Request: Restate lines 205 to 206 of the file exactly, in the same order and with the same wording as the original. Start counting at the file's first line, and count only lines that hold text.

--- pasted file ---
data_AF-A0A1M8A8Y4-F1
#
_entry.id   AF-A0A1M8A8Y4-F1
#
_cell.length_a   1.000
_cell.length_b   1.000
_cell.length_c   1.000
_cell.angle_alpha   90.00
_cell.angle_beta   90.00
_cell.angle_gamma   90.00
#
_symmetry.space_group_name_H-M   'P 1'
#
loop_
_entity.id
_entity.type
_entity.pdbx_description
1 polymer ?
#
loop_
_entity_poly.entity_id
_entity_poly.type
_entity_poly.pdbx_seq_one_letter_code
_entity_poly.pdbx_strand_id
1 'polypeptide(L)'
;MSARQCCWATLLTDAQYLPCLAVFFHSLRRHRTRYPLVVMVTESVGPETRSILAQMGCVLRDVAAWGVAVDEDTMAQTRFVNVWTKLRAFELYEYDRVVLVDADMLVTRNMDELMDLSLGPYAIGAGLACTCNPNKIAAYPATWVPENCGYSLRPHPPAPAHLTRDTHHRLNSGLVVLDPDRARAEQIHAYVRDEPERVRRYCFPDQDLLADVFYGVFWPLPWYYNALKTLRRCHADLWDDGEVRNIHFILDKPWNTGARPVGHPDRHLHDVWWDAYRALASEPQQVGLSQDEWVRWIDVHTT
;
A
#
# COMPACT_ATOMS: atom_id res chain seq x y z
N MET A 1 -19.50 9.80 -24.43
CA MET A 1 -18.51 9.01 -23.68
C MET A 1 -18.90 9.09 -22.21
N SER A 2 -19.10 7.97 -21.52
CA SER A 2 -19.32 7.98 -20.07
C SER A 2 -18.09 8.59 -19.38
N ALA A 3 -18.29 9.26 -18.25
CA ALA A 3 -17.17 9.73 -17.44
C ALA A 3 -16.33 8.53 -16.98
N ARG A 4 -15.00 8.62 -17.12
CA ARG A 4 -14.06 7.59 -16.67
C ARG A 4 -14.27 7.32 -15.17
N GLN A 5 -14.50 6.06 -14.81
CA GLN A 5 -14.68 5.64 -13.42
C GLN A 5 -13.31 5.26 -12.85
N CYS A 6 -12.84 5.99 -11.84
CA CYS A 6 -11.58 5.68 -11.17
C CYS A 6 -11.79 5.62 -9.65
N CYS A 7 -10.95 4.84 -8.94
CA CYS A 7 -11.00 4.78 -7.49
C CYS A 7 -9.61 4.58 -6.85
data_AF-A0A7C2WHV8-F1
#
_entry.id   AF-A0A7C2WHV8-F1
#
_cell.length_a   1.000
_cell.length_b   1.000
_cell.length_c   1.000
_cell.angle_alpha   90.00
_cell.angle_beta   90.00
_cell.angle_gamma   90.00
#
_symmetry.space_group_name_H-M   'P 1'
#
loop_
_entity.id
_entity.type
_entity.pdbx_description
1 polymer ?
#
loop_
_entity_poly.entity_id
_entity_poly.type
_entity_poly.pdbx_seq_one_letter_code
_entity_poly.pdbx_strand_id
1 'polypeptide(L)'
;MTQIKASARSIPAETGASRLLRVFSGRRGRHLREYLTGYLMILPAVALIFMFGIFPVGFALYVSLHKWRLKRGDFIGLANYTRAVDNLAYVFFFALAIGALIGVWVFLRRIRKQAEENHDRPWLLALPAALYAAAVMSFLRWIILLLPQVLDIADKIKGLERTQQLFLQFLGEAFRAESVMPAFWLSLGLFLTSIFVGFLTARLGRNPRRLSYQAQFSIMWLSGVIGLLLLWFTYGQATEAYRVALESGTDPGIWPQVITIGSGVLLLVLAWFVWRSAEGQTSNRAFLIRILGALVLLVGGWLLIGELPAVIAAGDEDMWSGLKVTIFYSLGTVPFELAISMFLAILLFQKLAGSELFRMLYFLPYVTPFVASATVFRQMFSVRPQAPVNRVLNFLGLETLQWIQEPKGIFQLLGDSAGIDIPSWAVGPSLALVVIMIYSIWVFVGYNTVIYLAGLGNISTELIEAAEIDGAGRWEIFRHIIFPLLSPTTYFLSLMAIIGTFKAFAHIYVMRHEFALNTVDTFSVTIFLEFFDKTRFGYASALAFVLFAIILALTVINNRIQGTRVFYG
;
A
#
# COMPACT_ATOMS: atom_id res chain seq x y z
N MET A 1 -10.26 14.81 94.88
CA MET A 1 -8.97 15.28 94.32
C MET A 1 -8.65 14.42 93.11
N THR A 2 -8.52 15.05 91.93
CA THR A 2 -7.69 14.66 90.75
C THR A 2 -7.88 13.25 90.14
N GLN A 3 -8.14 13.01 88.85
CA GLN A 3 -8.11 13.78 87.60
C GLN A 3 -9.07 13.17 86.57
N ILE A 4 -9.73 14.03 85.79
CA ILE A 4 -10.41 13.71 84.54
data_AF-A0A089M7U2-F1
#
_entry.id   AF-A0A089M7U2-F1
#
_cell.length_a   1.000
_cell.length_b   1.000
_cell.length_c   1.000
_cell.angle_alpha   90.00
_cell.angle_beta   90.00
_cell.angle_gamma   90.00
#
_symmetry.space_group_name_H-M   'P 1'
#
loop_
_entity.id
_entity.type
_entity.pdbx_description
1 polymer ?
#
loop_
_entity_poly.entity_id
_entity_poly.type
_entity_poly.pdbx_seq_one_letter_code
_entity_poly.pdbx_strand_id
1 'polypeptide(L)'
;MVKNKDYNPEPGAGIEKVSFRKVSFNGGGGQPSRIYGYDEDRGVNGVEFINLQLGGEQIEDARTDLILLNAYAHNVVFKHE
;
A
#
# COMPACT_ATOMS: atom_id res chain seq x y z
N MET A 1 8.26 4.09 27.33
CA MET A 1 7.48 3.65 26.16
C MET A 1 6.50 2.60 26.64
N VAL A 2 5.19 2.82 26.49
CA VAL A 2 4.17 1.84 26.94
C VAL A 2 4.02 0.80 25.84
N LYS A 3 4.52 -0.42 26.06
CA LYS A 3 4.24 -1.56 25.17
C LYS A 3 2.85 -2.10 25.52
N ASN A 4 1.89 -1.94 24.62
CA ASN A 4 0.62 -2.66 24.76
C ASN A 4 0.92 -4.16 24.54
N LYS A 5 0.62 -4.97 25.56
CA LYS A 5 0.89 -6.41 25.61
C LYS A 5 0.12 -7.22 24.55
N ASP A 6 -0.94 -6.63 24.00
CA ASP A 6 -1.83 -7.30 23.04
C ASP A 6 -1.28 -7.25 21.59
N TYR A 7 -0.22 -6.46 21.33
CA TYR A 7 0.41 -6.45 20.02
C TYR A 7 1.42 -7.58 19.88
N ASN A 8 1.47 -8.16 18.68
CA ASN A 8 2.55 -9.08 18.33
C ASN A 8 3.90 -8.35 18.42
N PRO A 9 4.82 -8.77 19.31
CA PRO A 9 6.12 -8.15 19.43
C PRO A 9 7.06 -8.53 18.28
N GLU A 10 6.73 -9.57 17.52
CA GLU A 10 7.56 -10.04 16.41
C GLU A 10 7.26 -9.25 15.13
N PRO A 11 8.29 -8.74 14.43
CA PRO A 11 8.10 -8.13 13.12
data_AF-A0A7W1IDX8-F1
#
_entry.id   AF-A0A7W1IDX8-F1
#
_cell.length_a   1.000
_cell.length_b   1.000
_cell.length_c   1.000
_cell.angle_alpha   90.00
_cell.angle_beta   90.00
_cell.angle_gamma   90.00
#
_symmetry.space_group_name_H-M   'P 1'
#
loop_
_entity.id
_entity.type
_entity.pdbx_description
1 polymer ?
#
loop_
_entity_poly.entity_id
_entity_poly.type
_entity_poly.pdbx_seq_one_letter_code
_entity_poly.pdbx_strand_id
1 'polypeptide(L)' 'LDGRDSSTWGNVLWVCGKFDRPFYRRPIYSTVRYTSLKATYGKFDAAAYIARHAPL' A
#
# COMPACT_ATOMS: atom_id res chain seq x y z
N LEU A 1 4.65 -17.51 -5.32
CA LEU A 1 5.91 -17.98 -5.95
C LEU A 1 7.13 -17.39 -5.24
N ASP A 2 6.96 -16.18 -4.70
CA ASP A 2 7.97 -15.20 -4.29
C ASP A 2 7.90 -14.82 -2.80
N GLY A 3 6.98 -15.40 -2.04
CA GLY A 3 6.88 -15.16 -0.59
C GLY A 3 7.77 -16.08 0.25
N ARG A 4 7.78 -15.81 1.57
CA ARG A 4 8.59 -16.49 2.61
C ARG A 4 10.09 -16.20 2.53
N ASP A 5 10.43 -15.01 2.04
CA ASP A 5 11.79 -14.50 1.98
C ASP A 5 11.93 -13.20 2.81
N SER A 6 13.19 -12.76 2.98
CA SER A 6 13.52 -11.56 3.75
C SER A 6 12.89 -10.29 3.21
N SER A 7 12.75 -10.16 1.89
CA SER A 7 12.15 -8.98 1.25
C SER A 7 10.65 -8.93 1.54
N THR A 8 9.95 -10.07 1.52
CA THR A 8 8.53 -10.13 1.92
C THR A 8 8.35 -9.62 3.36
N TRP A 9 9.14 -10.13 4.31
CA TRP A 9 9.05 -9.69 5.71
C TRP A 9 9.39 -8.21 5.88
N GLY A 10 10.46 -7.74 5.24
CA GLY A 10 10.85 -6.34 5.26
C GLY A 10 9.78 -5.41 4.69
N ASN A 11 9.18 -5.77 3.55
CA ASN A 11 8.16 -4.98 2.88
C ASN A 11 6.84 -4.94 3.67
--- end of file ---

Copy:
C THR A 8 8.35 -9.62 3.36
N TRP A 9 9.14 -10.13 4.31